Paul Murray's weblog, with news you may have missed and my $0.02 worth on a number of topics.

"You can't make up anything anymore. The world itself is a satire. All you're doing is recording it."
- Art Buchwald

I bet you don't have a friend who's an acupuncturist

E-mail me: pmurray63 [at] (Be patient, I don't check it often.)

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Tuesday, August 28, 2007
In case you missed it ...

Here's the video of Miss South Carolina, during the Miss Teen USA Pageant, attempting to explain why so many Americans can't find the U.S. on a world map. If you want to go insane, try diagramming her response.

I'm torn between finding it hilarious and feeling compassion for anyone who has an embarrassing moment viewed by millions of people, live and through clips like these.

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Thursday, August 23, 2007
Not everyone's a victim.
Media critic Howard Kurtz makes a valuable point today: "Everyone who is defaulting on a home mortgage is not necessarily a victim."
I feel sorry for anyone in that situation. Losing a home is an awful thing. Some were undoubtedly pressured into buying by unscrupulous lenders. Too many greedy players on Wall Street got away with making shaky loans for too long. They sliced and diced mortgage debt into increasingly exotic paper and lost sight of the risks involved, figuring the Fed would bail them out if things got out of hand.

But let's face it: Most of the people who took out home mortgages for no money down knew that this was a roll of the dice. Who gets to buy a house without a down payment? And most of those who took out adjustable-rate mortgages knew that their rate would balloon in a couple of years, and could do so at a level that would be hard to afford. They took the risk anyway. No one forced these folks to take on big mortgages they could barely handle ....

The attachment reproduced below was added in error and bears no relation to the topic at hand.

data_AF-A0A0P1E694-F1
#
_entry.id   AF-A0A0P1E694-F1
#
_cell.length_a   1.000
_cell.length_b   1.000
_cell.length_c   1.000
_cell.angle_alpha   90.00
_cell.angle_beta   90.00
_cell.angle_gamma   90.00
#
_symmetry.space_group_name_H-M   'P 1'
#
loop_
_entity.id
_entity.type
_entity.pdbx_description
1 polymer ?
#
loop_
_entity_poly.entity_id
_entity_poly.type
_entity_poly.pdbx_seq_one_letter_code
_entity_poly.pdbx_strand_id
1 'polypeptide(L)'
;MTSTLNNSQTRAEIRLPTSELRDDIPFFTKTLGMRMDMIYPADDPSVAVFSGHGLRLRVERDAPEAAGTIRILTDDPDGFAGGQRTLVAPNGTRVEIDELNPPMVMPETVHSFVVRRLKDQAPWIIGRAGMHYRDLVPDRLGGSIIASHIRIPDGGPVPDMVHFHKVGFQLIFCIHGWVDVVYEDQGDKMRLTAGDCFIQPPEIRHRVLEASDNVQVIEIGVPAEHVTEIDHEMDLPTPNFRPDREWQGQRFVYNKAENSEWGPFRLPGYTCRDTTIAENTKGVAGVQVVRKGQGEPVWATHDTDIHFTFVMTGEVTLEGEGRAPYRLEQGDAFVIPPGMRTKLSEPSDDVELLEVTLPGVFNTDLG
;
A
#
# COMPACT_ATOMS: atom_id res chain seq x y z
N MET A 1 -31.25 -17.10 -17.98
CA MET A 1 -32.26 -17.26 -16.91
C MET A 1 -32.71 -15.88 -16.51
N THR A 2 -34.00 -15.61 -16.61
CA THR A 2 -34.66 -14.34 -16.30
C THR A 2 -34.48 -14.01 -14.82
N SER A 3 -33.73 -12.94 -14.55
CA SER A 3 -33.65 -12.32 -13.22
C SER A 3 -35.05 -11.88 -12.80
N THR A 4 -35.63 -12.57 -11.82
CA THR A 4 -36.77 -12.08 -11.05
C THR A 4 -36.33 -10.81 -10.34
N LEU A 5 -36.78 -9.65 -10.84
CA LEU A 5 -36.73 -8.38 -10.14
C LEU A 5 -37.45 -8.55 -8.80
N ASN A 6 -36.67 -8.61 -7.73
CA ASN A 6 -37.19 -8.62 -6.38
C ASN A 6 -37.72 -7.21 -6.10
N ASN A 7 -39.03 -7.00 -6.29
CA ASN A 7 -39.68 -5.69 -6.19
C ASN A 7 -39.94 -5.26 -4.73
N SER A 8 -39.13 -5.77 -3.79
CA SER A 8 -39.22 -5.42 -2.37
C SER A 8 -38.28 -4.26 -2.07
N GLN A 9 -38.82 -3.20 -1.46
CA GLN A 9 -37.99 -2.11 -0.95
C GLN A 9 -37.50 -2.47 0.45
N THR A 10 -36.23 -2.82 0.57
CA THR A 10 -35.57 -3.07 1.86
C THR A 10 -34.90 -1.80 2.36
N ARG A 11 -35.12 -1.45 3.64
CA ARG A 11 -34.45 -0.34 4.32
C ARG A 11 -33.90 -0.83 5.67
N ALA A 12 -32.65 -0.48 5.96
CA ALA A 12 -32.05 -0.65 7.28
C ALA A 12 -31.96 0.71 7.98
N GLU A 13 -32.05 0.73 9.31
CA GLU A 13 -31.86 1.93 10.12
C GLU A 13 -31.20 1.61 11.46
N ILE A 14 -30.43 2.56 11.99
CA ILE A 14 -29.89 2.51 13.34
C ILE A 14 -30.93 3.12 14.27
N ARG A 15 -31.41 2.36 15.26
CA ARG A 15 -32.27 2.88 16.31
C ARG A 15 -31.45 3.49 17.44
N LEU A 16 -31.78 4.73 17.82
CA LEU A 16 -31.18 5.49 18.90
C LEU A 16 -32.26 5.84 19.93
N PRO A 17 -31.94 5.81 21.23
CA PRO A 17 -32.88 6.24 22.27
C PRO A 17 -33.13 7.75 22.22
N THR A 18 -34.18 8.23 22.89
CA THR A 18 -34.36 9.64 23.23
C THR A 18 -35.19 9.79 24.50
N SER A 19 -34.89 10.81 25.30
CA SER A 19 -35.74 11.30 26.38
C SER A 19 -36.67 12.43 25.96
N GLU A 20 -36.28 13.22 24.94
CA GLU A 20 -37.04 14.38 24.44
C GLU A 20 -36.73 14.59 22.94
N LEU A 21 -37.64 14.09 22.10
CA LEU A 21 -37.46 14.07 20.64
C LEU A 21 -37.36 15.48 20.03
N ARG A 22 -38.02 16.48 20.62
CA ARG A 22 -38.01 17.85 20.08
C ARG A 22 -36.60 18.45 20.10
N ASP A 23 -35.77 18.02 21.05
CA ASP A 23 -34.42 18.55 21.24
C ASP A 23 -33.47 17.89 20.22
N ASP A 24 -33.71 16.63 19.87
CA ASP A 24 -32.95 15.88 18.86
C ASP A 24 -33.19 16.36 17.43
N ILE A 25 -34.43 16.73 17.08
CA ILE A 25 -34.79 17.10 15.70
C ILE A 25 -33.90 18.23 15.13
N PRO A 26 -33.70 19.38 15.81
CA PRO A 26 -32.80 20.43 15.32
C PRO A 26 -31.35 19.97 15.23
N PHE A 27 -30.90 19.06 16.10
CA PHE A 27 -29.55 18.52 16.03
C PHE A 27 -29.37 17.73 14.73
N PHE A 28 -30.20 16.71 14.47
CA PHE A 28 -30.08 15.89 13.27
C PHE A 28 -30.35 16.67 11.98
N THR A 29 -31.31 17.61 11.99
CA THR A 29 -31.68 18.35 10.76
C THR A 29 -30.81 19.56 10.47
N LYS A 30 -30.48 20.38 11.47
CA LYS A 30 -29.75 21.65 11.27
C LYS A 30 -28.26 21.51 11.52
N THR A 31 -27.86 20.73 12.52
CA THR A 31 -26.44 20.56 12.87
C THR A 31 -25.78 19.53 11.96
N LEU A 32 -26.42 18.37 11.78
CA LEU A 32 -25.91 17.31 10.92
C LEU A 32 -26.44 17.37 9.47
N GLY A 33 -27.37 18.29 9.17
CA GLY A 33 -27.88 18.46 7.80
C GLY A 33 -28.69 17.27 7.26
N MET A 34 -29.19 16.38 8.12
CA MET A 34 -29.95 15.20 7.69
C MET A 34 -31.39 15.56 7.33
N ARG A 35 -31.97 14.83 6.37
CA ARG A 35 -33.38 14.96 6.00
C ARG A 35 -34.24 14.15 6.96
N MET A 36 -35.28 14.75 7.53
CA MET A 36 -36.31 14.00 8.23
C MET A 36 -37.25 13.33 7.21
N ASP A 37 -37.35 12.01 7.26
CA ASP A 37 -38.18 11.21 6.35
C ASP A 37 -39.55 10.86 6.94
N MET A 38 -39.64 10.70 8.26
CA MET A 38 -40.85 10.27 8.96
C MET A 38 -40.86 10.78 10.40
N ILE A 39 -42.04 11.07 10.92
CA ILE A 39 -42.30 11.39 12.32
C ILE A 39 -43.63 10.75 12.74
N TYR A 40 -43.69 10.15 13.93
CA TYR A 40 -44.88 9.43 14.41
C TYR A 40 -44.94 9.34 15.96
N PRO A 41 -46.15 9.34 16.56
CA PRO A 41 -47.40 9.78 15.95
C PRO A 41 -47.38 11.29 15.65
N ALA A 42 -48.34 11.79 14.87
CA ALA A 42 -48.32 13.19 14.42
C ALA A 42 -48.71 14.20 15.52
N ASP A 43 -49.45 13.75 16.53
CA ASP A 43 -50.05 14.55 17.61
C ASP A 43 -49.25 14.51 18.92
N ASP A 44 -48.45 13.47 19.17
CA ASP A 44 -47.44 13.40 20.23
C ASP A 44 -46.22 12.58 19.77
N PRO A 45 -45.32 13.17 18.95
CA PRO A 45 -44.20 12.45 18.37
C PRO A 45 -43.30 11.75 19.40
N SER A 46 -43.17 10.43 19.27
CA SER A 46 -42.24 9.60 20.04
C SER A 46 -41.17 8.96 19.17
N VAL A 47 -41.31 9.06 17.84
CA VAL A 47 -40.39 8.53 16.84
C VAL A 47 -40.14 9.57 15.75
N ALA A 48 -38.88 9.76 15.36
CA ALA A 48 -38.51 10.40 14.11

Like people who raced to buy dot-com stocks of companies with no profits, folks bought houses they couldn't afford because the escalator had been going up so quickly for so long that it seemed like a reasonable bet.

But when the mortgage meltdown pieces are written or broadcast, the lead is inevitably someone who is about to lose his or her house, with not so much as a nod toward the notion that these people might have overreached or bears any responsibility at all for their financial plight.

Perhaps inevitably, Hillary Clinton has now proposed a $1-billion fund to help struggling families catch up on their mortgage payments, and John Edwards also wants to give money to those who can't make their payments. So the taxpayers should bail out folks who took out these loans with their eyes wide open?

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Monday, August 20, 2007
Oh, those hot tips.
I hope you weren't investing based upon Jim Cramer's recommendations on his CNBC Mad Money show. Barron's explains:
Cramer, by all accounts, had a stellar career as a hedge-fund manager. And he is held out by CNBC as the guy who can help viewers make big money. But a comprehensive and careful review of his stock picks by Barron's finds that his picks haven't beaten the market. Over the past two years, viewers holding Cramer's stocks would be up 12% while the Dow rose 22% and the S&P 500 16%, according to a record of 1,300 of the CNBC star's Buy recommendations compiled by, a Website run by a retired stock analyst and loyal Cramer-watcher.